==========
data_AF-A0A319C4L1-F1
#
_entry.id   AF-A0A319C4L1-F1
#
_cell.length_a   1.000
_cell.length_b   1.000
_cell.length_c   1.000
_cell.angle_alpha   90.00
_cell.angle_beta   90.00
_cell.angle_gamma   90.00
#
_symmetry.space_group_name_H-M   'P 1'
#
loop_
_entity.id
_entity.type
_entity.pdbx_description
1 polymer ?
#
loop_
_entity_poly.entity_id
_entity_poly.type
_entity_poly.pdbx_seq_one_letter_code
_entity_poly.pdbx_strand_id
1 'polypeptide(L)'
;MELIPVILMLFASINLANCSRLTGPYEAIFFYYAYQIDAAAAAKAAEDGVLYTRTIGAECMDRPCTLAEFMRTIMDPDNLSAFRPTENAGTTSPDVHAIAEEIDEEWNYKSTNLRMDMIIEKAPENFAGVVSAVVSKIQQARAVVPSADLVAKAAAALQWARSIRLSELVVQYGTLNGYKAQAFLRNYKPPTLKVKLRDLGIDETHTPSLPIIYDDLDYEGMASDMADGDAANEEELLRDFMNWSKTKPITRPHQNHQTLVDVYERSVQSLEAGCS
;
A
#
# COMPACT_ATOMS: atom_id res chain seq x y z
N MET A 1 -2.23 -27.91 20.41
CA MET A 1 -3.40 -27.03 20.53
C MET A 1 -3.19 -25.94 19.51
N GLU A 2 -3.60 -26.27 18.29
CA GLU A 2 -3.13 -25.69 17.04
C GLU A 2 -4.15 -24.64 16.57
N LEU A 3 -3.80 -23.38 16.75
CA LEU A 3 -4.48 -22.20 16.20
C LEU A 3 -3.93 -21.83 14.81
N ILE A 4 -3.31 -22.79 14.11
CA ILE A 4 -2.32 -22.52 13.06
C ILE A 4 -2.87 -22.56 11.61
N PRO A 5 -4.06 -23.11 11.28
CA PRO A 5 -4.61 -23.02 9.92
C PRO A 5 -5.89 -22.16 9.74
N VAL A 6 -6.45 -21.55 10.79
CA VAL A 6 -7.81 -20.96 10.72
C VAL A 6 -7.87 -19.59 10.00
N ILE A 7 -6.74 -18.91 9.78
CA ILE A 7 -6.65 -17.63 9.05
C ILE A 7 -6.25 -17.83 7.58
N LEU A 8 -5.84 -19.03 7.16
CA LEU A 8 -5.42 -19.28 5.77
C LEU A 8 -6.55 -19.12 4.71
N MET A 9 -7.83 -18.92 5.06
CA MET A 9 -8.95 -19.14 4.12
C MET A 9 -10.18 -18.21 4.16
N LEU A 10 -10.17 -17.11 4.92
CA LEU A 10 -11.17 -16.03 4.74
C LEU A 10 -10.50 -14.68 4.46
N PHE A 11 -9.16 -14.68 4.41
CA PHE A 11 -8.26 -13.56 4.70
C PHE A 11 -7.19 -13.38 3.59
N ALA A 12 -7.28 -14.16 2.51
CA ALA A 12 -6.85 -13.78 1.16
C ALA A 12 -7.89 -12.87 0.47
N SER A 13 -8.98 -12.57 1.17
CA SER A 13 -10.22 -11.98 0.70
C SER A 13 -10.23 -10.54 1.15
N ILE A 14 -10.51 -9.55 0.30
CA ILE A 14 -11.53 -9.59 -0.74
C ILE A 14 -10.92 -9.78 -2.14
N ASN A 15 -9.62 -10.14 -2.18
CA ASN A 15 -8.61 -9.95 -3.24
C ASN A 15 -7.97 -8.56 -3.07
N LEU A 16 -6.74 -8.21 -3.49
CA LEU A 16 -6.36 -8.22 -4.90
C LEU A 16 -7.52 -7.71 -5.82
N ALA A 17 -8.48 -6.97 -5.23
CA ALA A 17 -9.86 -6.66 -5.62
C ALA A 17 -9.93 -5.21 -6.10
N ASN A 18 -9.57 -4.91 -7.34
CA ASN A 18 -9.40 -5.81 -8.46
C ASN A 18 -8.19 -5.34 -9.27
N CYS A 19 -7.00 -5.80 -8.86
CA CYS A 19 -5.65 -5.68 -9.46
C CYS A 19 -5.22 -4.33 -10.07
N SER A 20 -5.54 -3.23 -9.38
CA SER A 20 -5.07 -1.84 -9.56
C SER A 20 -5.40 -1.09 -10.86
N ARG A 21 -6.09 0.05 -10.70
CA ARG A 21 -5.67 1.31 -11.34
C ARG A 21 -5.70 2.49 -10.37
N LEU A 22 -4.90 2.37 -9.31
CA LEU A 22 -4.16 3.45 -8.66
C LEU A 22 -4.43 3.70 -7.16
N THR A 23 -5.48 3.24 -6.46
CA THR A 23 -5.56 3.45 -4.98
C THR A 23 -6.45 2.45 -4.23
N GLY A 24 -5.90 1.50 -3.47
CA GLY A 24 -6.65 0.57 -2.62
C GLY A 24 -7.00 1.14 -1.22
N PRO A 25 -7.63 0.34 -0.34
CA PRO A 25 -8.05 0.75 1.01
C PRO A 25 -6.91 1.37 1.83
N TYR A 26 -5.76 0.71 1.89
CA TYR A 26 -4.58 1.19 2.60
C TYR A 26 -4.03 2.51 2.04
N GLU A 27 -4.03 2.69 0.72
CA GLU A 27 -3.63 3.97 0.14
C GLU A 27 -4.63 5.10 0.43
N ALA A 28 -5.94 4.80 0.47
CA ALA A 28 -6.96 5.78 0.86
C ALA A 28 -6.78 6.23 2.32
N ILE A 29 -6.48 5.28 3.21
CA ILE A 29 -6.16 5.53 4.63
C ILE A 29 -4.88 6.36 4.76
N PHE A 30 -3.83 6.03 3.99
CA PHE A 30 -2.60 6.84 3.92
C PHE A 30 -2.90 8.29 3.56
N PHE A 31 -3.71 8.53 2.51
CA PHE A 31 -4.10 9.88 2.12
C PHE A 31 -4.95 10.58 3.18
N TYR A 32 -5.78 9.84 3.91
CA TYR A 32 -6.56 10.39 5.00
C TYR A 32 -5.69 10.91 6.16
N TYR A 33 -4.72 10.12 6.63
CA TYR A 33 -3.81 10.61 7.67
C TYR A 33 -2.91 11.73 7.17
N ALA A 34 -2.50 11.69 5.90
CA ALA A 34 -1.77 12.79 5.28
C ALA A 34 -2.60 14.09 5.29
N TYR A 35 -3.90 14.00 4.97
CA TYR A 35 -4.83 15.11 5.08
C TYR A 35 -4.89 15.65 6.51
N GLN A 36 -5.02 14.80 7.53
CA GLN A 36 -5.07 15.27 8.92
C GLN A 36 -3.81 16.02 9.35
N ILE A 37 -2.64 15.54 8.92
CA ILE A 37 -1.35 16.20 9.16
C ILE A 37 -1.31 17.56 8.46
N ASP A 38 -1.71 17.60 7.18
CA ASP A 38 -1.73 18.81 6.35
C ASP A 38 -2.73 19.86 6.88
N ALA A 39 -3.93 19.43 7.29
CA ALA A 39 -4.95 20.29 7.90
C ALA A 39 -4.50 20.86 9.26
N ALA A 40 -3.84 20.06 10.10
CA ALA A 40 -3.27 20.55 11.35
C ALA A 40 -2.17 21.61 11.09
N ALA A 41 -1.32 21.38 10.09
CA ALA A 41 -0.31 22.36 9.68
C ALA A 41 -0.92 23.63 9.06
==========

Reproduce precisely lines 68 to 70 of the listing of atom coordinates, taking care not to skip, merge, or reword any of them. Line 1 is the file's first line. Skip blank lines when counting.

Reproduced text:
CA SER A 13 -10.22 -11.98 0.70
C SER A 13 -10.23 -10.54 1.15
N ILE A 14 -10.51 -9.55 0.30